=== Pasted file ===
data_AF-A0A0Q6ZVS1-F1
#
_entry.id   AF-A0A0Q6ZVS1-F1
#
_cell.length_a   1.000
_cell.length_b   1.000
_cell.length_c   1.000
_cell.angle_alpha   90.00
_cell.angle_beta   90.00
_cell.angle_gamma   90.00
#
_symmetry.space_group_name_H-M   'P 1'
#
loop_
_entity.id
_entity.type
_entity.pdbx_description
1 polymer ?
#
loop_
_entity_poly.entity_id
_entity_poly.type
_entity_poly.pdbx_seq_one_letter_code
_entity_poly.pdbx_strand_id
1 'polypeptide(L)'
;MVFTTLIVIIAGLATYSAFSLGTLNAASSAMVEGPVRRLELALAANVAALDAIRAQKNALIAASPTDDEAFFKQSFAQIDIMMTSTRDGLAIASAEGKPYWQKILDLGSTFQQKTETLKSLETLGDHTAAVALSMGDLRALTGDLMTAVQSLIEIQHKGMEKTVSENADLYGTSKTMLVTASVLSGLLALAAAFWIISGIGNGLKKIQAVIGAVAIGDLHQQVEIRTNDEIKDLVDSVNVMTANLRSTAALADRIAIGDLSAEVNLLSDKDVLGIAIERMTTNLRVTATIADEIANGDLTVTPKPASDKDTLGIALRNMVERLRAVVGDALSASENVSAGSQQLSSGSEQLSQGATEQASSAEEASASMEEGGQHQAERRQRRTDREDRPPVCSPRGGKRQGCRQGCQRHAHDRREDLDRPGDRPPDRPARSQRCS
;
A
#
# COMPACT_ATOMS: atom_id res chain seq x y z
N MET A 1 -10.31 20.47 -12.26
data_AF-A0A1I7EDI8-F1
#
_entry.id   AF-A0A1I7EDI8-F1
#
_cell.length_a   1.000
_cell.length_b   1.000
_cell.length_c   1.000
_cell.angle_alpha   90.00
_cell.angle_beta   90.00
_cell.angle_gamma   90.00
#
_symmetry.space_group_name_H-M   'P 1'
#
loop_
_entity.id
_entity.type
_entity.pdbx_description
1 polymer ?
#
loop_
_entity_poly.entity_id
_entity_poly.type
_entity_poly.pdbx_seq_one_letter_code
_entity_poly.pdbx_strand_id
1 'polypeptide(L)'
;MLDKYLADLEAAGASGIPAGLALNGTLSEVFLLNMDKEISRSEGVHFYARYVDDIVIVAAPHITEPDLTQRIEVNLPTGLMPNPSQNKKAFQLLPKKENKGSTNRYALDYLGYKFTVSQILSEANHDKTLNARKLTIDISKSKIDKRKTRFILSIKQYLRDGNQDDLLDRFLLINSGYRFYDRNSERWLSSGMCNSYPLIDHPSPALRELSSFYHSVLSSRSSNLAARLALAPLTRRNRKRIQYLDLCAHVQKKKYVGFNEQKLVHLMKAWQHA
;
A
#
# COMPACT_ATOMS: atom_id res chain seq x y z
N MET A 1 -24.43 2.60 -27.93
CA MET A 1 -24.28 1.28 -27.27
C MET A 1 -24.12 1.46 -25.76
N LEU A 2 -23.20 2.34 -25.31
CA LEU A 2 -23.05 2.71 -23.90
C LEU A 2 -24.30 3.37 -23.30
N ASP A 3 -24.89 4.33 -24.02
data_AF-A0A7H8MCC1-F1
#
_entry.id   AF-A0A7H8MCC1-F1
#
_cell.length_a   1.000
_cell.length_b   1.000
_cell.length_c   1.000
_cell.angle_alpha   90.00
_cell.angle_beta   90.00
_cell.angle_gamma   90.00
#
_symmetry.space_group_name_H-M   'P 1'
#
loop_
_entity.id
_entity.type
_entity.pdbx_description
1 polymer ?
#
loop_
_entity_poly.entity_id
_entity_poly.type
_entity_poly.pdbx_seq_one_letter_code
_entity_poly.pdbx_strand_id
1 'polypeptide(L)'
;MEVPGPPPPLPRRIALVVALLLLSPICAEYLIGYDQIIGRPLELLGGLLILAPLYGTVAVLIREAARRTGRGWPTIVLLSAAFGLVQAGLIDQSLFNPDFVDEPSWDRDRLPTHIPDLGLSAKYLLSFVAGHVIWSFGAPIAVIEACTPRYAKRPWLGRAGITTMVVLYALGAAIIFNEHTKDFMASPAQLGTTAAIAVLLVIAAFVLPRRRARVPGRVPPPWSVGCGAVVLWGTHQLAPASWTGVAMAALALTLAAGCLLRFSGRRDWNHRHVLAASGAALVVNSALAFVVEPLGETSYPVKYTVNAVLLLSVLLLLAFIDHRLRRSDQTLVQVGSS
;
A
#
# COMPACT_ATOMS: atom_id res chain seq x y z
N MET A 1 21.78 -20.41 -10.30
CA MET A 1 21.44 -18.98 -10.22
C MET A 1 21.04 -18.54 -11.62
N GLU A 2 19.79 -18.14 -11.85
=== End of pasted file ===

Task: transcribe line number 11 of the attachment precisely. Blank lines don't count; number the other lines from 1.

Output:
#